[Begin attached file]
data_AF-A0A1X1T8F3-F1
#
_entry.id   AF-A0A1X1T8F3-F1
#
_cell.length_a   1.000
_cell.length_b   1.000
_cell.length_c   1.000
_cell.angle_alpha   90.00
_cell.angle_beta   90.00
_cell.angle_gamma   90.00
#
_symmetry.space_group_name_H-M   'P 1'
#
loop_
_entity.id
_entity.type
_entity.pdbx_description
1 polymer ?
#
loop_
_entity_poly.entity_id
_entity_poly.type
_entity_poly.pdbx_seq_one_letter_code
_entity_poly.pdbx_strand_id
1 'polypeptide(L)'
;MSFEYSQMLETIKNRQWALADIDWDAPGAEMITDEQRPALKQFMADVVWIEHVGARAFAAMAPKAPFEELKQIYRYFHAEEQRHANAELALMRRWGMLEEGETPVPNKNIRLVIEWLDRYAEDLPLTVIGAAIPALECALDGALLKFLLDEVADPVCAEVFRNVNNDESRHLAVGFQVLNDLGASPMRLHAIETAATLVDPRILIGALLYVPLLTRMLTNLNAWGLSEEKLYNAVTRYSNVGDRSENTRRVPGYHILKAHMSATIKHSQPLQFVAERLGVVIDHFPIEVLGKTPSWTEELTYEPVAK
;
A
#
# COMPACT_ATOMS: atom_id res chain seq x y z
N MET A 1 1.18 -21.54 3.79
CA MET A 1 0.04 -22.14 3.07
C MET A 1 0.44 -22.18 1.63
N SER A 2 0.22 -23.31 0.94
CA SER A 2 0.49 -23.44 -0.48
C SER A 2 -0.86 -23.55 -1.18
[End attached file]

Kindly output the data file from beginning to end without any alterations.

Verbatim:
data_AF-A0A1X1T8F3-F1
#
_entry.id   AF-A0A1X1T8F3-F1
#
_cell.length_a   1.000
_cell.length_b   1.000
_cell.length_c   1.000
_cell.angle_alpha   90.00
_cell.angle_beta   90.00
_cell.angle_gamma   90.00
#
_symmetry.space_group_name_H-M   'P 1'
#
loop_
_entity.id
_entity.type
_entity.pdbx_description
1 polymer ?
#
loop_
_entity_poly.entity_id
_entity_poly.type
_entity_poly.pdbx_seq_one_letter_code
_entity_poly.pdbx_strand_id
1 'polypeptide(L)'
;MSFEYSQMLETIKNRQWALADIDWDAPGAEMITDEQRPALKQFMADVVWIEHVGARAFAAMAPKAPFEELKQIYRYFHAEEQRHANAELALMRRWGMLEEGETPVPNKNIRLVIEWLDRYAEDLPLTVIGAAIPALECALDGALLKFLLDEVADPVCAEVFRNVNNDESRHLAVGFQVLNDLGASPMRLHAIETAATLVDPRILIGALLYVPLLTRMLTNLNAWGLSEEKLYNAVTRYSNVGDRSENTRRVPGYHILKAHMSATIKHSQPLQFVAERLGVVIDHFPIEVLGKTPSWTEELTYEPVAK
;
A
#
# COMPACT_ATOMS: atom_id res chain seq x y z
N MET A 1 1.18 -21.54 3.79
CA MET A 1 0.04 -22.14 3.07
C MET A 1 0.44 -22.18 1.63
N SER A 2 0.22 -23.31 0.94
CA SER A 2 0.49 -23.44 -0.48
C SER A 2 -0.86 -23.55 -1.18